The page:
Destroy Russia? For what?
To preserve what?
Democracy, General!
We have here a God-given opportunity--
To kill?
Why are you in the military, if not to kill?
Yes, Mr. President.
Blackie, do you remember
the Old Testament?
A little.
The Sacrifice of Abraham.
Old what's-his-name used it in chapel,
maybe twice a month.
I remember, sir.
You better keep that story in mind
for the next few hours, Blackie.
I need your help.
I want you to go to Andrews Field.
Orders will be waiting for you there.
Are Betty and the kids at home?
She's in New York with them.
I may be asking
a great deal of you, Blackie.
I'll do whatever you say.
Good luck.
Yes, sir.
Contact our Ambassador in Moscow...
...and the Soviet Delegate
to the United Nations.
Patch them in to this line
so they can hear the Chairman.
Right away, sir.
And what about the second conference line
between Omaha and Soviet Headquarters?
Ready and waiting, sir.
General Bogan, you're hooked up
to the Soviet Command.
Will you test the line, please?
When it's working...
...patch me in,
and put me on the intercom... that everyone can hear.
Yes, sir.
This is General Bogan,
Strategic Air Command, Omaha.
This is the translator for Marshal Nevsky,
Soviet Air Defense Command.
Marshal Nevsky sends his greetings.
The same to him.
Our reception is five by five.
How do you read us?
We read you five by five.
I have no instructions
on what we are to discuss.
Neither have we.
Only that we should set up
communications with you.
Just a minute, please.
Mr. President, we're all hooked up.
Thank you.
This is the President of the United States.
Whatever orders I give
to American personnel...
...are to be considered as direct orders
from the Commander in Chief.
They are to be obeyed fully
and without reservation.
Gentlemen, we have to do
everything we can... prevent these planes
from reaching Moscow.
The Soviet Premier has behaved
as I hope I would under similar conditions.
He has delayed retaliation.
And I think he sincerely believes
that this is a mistake.
But we have to convince him
and his chief advisers...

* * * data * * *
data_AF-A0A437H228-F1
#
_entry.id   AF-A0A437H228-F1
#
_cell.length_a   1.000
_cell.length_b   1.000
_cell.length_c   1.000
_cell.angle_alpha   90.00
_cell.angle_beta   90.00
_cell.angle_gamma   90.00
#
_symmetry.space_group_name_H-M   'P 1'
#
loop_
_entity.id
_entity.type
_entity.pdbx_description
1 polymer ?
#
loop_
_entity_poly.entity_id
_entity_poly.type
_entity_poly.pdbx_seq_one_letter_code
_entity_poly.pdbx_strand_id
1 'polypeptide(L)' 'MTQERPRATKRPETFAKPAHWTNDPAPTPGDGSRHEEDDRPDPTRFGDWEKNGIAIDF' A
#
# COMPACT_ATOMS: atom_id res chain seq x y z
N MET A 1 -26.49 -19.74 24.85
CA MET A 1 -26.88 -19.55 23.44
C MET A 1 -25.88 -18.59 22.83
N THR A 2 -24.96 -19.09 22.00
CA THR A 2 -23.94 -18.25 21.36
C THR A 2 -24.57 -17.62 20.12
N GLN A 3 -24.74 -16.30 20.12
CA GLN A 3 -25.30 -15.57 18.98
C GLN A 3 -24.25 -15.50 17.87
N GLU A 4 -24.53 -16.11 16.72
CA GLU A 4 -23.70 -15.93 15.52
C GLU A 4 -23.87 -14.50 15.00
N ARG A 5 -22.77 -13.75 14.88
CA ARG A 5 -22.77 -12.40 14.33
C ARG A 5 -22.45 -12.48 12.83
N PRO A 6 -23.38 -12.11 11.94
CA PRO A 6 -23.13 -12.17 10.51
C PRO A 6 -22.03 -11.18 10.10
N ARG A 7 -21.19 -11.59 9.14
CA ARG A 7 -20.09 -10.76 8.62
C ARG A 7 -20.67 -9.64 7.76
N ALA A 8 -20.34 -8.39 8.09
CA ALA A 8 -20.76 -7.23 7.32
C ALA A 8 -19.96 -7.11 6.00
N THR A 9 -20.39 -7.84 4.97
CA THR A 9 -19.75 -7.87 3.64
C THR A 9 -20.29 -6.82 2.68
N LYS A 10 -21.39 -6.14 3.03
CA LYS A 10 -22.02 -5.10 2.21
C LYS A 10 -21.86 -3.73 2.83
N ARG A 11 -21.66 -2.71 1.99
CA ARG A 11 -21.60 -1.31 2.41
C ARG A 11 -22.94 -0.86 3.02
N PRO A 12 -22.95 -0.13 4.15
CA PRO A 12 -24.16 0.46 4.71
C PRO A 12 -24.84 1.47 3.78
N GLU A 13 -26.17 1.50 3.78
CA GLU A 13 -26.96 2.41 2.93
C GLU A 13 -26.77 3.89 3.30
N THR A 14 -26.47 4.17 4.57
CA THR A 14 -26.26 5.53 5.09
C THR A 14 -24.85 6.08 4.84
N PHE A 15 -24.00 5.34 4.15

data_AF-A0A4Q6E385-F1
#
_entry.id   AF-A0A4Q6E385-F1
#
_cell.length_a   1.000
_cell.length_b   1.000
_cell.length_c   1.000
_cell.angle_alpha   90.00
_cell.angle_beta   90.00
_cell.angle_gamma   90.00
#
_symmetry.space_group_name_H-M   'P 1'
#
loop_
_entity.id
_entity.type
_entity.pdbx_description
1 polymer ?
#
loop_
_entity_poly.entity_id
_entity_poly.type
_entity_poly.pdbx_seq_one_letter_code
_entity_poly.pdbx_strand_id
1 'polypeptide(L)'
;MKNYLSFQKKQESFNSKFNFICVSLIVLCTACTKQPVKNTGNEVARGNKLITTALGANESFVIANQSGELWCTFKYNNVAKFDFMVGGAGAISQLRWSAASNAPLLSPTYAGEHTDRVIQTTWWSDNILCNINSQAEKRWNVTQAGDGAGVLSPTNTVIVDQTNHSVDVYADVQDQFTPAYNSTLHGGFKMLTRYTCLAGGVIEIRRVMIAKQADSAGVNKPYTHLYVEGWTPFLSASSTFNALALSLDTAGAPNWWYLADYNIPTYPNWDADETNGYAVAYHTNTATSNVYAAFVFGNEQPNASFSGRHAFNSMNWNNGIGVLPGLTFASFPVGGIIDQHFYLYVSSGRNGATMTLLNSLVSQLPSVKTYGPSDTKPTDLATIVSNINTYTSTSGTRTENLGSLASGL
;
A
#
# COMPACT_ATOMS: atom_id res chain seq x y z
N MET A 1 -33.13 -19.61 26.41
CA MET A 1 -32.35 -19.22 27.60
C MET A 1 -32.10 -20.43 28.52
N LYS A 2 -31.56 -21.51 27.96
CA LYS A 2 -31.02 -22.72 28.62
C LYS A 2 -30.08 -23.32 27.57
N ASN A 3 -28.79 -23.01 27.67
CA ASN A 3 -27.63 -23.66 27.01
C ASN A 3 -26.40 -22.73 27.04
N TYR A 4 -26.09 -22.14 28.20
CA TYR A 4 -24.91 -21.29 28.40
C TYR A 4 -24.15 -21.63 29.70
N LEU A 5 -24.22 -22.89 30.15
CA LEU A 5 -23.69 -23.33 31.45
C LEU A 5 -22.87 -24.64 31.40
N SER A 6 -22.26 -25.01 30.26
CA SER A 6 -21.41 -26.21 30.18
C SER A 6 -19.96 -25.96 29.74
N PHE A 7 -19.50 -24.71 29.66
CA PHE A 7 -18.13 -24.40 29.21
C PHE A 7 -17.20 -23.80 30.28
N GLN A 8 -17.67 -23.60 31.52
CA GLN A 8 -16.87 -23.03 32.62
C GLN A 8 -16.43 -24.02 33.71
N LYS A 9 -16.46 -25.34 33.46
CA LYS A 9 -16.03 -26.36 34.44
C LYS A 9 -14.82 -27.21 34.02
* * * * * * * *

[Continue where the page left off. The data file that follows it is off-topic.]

...that this is, in fact, so.
Therefore, I am ordering
all American personnel... cooperate fully with Soviet officers... shooting down our invading bombers.
You are to give whatever information
they request.
Any hesitation of any kind...
...will cause
the most dreadful consequences.
I cannot emphasize
that too strongly, gentlemen.
I expect you all to behave as patriots.
And I wish you success.
General Bogan...
...a number of our fighter planes
have been destroyed by a missile...
...that seems to home
not on the infrared source...
...but the radar transmitter.
Is that possible?
Colonel Cascio will answer your question.
Answer the question, Colonel.
That is a direct order.
An order, Colonel.
Just a minute. Major Handel.
General Bogan.
Sergeant Collins!
-You're the backup man to Cascio?
-Yes, sir.
Get over here!
-General Bogan, we must--
-Sergeant Collins... the missiles on our bombers
have both an infrared...
...and radar-seeking capacity?
-Yes, sir.
-Louder. That is a direct order.
Yes, sir.
The Soviets are listening!
I want this loud, and I want it clear.
It has both capacities, sir.
Can the radar-seeking mechanism
be overloaded... increasing the strength of the signal?
Tell them!
Yes, sir, it can be overloaded by increasing
the transmission power output...
...and sliding through radar frequencies
as fast as possible.
The firing mechanism reads
higher amperage as proximity... the target and detonates the warhead.
Thank you, General Bogan.
We will get back to you.